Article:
Plagiarism is nothing to do with copyright

September 20, 2013

I was astonished yesterday to read Understanding and addressing research misconduct, written by Linda Lavelle, Elsevier’s General Counsel, and apparently a specialist in publication ethics:

While uncredited text constitutes copyright infringement (plagiarism) in most cases, it is not copyright infringement to use the ideas of another. The amount of text that constitutes plagiarism versus ‘fair use’ is also uncertain — under the copyright law, this is a multi-prong test.

So here (right in the first paragraph of Lavelle’s article) we see copyright infringement equated with plagiarism. And then, for good measure, the confusion is hammered home by the depiction of fair use (a defence against accusations of copyright violation) depicted as a defence against accusations of plagiarism.

This is flatly wrong. Plagiarism and copyright violation are not the same thing. Not even close.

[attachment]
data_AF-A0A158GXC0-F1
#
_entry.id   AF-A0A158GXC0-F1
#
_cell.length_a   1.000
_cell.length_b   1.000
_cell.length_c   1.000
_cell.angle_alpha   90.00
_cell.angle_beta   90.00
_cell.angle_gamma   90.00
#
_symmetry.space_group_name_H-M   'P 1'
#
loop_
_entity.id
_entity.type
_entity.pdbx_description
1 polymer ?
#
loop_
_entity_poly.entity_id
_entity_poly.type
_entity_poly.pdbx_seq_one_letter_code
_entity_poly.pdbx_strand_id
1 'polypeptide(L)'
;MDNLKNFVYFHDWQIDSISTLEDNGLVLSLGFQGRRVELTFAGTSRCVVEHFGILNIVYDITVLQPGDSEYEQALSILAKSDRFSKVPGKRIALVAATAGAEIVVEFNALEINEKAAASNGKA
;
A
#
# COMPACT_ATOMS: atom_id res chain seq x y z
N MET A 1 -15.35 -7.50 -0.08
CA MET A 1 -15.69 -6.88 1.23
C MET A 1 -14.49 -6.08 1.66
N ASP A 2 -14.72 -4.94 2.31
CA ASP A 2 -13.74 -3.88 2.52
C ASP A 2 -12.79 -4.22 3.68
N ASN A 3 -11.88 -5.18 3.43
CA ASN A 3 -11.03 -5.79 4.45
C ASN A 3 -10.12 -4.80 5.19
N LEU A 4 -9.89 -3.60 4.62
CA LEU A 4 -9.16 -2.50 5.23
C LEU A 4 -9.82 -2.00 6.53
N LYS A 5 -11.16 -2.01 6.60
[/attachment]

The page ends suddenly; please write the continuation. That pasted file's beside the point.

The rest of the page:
First, plagiarism is a violation of academic norms but not illegal; copyright violation is illegal, but in truth pretty ubiquitous in academia. (Where did you get that PDF?)

Second, plagiarism is an offence against the author, while copyright violation is an offence against the copyright holder. In traditional academic publishing, they are usually not the same person, due to the ubiquity of copyright transfer agreements (CTAs).

Third, plagiarism applies when ideas are copied, whereas copyright violation occurs only when a specific fixed expression (e.g. sequence of words) is copied.

Fourth, avoiding plagiarism is about properly apportioning intellectual credit, whereas copyright is about maintaining revenue streams.

Let’s consider four cases (with good outcomes is green and bad ones in red):

  1. I copy big chunks of Jeff Wilson’s (2002) sauropod phylogeny paper (which is copyright the Linnean Society of London) and paste it into my own new paper without attribution. This is both plagiarism against Wilson and copyright violation against the Linnean Society.
  2. I copy big chunks of Wilson’s paper and paste it into mine, attributing it to him. This is not plagiarism, but copyright violation against the Linnean Society.